UK weather: Met Office issues cold alert as Arctic air moves across Britain

Some strong winds will make it feel a lot colder than it is, say forecasters

A jogger runs in a frost-covered Hyde Park in London on January 18. AFP
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Britain can expect a chilly spell as cold Arctic air moves across the UK, with overnight temperatures predicted to plunge to as low as minus 10ºC.

Forecasters say frost will hit some areas from Tuesday evening, with snow predicted in parts of Scotland.

It anticipation of the arrival of the chilly Arctic air, the Met Office and UK Health Security Agency issued a severe cold weather alert for England and warned that plummeting temperatures could increase health risks to vulnerable people and disrupt deliveries.

“We’ve got a spell of showers feeding into North Sea coastal areas during Tuesday," said Met Office forecaster Dan Stroud.

"They will turn increasingly wintry across parts of northern Scotland, with accumulations on higher ground.

“Elsewhere, while sunny, there will be a cold feel, with temperatures just below average.

“But with some strong winds it’s going to feel a lot cooler than it actually is.

“Into Tuesday night an organised band of showers will sink south, with that wind changing direction and coming in from the north, turning it colder with an increasing risk of some frost, mainly in central and western areas.

“Once that wind rears around to the north, we’re going to pull in that colder Arctic air, so the story will be about cold and frost.”

Cold weather in the UK – in pictures

Mr Stroud said day temperatures would range between 4ºC and 6ºC in the north, reaching highs of 8ºC in the south, while it will drop to as low as minus 6ºC overnight.

A level three, or amber, cold weather alert was issued on Monday morning, warning of severe conditions in England between 6pm on Wednesday and 9am on Monday December 12.

The alert requires social and healthcare services to take action to protect high-risk groups.

Temperatures are expected to turn colder across much of the UK late on Wednesday and through Thursday as air from the Arctic spreads south across the country.

“Into Wednesday, [there will be] frequent showers across north Scotland, some of those locally heavy, with snow away from the coast. Some accumulations are possible," Mr Stroud said.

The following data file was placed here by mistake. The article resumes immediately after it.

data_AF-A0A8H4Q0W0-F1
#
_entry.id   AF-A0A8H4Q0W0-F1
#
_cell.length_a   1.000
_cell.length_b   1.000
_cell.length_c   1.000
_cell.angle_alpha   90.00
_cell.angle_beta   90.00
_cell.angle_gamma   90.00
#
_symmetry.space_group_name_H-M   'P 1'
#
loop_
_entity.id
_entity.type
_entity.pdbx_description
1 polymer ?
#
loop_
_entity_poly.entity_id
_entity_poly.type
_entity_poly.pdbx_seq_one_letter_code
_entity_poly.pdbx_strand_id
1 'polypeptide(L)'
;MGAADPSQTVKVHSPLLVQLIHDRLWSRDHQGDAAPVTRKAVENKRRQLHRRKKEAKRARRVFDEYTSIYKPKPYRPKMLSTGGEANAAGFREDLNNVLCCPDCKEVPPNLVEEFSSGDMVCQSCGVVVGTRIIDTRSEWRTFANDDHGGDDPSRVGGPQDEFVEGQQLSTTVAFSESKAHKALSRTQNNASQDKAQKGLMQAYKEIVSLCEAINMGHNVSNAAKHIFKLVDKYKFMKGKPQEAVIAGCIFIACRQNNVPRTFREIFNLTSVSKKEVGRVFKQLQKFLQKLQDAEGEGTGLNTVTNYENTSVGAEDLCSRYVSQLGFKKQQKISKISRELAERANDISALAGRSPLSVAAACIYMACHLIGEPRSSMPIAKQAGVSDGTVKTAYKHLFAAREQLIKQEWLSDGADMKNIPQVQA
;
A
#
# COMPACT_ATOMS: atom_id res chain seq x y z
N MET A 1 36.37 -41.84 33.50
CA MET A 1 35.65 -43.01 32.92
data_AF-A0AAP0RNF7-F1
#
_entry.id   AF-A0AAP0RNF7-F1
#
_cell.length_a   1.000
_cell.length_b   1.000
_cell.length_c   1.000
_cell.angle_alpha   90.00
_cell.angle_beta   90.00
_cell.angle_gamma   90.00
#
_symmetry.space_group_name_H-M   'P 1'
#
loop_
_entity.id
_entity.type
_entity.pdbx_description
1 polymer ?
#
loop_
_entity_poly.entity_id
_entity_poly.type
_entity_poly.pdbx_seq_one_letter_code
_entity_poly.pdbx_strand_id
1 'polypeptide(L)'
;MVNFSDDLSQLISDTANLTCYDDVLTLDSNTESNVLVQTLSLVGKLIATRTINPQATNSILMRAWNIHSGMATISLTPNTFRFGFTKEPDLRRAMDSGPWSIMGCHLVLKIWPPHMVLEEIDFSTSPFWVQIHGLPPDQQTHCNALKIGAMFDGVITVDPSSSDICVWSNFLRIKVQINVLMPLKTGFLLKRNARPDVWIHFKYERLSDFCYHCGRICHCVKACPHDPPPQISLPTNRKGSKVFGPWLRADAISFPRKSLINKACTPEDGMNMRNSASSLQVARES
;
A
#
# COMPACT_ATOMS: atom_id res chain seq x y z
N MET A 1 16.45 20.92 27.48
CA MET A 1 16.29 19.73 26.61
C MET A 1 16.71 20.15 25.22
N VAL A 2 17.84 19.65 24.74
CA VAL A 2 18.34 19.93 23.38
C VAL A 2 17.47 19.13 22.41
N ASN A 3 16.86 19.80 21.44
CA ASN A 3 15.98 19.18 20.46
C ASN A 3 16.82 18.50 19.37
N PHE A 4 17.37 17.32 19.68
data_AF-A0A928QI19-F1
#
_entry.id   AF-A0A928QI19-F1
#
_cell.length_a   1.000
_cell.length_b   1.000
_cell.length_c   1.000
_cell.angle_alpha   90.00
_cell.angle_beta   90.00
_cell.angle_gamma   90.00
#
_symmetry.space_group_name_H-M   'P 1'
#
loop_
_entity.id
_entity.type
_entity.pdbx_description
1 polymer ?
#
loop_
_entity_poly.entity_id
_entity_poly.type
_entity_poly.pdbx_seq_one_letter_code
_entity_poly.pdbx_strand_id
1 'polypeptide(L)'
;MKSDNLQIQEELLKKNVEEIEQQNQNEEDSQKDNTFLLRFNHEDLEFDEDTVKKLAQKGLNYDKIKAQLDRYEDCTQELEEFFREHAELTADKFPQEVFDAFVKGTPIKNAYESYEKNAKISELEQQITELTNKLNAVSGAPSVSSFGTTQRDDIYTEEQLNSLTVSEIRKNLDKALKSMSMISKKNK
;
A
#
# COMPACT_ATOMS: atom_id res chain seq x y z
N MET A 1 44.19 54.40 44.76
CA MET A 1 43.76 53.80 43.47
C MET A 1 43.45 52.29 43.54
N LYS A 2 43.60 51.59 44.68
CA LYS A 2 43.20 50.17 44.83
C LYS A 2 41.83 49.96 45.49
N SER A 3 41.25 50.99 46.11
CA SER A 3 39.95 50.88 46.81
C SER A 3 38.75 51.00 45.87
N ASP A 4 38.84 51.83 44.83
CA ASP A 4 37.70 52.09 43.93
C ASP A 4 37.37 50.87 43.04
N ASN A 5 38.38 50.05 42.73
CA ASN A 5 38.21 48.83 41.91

“It will start to feel very cold, with wintry showers moving in to parts of Northern Ireland and eastern England."

Met Office deputy chief meteorologist Rebekah Sherwin said: “We can expect to see some snow and wintry showers further south as the week progresses, particularly in coastal areas or over higher ground.

“There will be widespread frosts with temperatures falling to as low as minus 10ºC overnight in isolated spots by the end of the week.”

Weather warnings issued in the UK - in pictures

Downing Street on Monday said it was confident the UK has sufficient energy supplies to get through the cold snap.

Dr Agostinho Sousa, consultant in public health medicine at the UK Health Security Agency, said older people and those with heart or lung conditions are particularly at risk from the cold weather.

“If you have a pre-existing medical condition, you should heat your home to a temperature that is comfortable for you," Dr Sousa said.

“In rooms you mostly use, such as the living room or bedroom, try to heat them to at least 18ºC if you can.

"Keep your bedroom windows closed at night. Wearing several layers of clothing will keep you warmer than one thicker layer.”

The RAC has advised motorists to check that their vehicles are “winter ready”, with properly inflated tyres that have good tread.

“With temperatures plummeting this week, many drivers might be taken aback by the cold after an exceptionally mild autumn," said spokesman Rod Dennis.

“Drivers with older batteries in their cars might also wish to give their vehicle a 20-minute drive before colder conditions arrive to ensure the battery can cope with sub-zero temperatures.”

The Met Office’s cold weather alert system operates in England from November 1 to March 31 in association with the UKHSA.

The system has five levels of response based on cold weather thresholds designed to trigger an alert when severe cold weather is likely to significantly affect people’s health.

Updated: December 06, 2022, 7:23 AM
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